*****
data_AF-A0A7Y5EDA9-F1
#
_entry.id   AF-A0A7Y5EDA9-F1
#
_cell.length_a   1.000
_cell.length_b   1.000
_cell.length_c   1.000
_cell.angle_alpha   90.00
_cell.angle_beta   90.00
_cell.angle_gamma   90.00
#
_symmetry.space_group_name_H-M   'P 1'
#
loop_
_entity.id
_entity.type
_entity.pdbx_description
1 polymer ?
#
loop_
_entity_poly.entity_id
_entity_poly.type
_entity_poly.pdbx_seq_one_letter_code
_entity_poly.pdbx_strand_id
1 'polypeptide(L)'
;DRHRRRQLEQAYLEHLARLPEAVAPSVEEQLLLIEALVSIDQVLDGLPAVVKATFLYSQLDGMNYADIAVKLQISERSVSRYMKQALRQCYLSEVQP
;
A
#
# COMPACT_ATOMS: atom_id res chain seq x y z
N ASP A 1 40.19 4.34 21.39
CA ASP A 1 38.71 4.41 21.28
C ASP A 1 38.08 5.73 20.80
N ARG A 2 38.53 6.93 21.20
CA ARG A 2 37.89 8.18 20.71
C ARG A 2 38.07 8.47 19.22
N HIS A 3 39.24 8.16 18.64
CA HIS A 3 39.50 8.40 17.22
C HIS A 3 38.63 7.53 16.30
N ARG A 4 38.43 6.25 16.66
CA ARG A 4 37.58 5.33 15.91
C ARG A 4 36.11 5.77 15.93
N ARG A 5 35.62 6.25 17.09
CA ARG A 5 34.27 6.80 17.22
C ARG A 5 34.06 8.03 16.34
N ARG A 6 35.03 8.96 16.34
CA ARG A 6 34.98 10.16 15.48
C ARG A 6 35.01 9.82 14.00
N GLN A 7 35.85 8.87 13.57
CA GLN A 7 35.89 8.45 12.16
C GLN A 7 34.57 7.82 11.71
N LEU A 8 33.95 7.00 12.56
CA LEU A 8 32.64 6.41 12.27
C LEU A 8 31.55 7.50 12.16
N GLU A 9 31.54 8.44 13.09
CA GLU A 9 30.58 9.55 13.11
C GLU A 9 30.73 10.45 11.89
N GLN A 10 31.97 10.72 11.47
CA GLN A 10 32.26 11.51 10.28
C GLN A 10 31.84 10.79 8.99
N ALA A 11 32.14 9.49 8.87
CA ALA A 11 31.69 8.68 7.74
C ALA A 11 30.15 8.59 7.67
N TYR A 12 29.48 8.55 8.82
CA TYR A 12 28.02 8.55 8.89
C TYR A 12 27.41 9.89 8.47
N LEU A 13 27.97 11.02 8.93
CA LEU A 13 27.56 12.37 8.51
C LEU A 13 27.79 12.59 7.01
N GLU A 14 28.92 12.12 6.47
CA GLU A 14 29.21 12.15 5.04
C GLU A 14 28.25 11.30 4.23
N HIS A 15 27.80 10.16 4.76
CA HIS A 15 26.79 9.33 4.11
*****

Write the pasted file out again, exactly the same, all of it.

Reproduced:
data_AF-A0A7Y5EDA9-F1
#
_entry.id   AF-A0A7Y5EDA9-F1
#
_cell.length_a   1.000
_cell.length_b   1.000
_cell.length_c   1.000
_cell.angle_alpha   90.00
_cell.angle_beta   90.00
_cell.angle_gamma   90.00
#
_symmetry.space_group_name_H-M   'P 1'
#
loop_
_entity.id
_entity.type
_entity.pdbx_description
1 polymer ?
#
loop_
_entity_poly.entity_id
_entity_poly.type
_entity_poly.pdbx_seq_one_letter_code
_entity_poly.pdbx_strand_id
1 'polypeptide(L)'
;DRHRRRQLEQAYLEHLARLPEAVAPSVEEQLLLIEALVSIDQVLDGLPAVVKATFLYSQLDGMNYADIAVKLQISERSVSRYMKQALRQCYLSEVQP
;
A
#
# COMPACT_ATOMS: atom_id res chain seq x y z
N ASP A 1 40.19 4.34 21.39
CA ASP A 1 38.71 4.41 21.28
C ASP A 1 38.08 5.73 20.80
N ARG A 2 38.53 6.93 21.20
CA ARG A 2 37.89 8.18 20.71
C ARG A 2 38.07 8.47 19.22
N HIS A 3 39.24 8.16 18.64
CA HIS A 3 39.50 8.40 17.22
C HIS A 3 38.63 7.53 16.30
N ARG A 4 38.43 6.25 16.66
CA ARG A 4 37.58 5.33 15.91
C ARG A 4 36.11 5.77 15.93
N ARG A 5 35.62 6.25 17.09
CA ARG A 5 34.27 6.80 17.22
C ARG A 5 34.06 8.03 16.34
N ARG A 6 35.03 8.96 16.34
CA ARG A 6 34.98 10.16 15.48
C ARG A 6 35.01 9.82 14.00
N GLN A 7 35.85 8.87 13.57
CA GLN A 7 35.89 8.45 12.16
C GLN A 7 34.57 7.82 11.71
N LEU A 8 33.95 7.00 12.56
CA LEU A 8 32.64 6.41 12.27
C LEU A 8 31.55 7.50 12.16
N GLU A 9 31.54 8.44 13.09
CA GLU A 9 30.58 9.55 13.11
C GLU A 9 30.73 10.45 11.89
N GLN A 10 31.97 10.72 11.47
CA GLN A 10 32.26 11.51 10.28
C GLN A 10 31.84 10.79 8.99
N ALA A 11 32.14 9.49 8.87
CA ALA A 11 31.69 8.68 7.74
C ALA A 11 30.15 8.59 7.67
N TYR A 12 29.48 8.55 8.82
CA TYR A 12 28.02 8.55 8.89
C TYR A 12 27.41 9.89 8.47
N LEU A 13 27.97 11.02 8.93
CA LEU A 13 27.56 12.37 8.51
C LEU A 13 27.79 12.59 7.01
N GLU A 14 28.92 12.12 6.47
CA GLU A 14 29.21 12.15 5.04
C GLU A 14 28.25 11.30 4.23
N HIS A 15 27.80 10.16 4.76
CA HIS A 15 26.79 9.33 4.11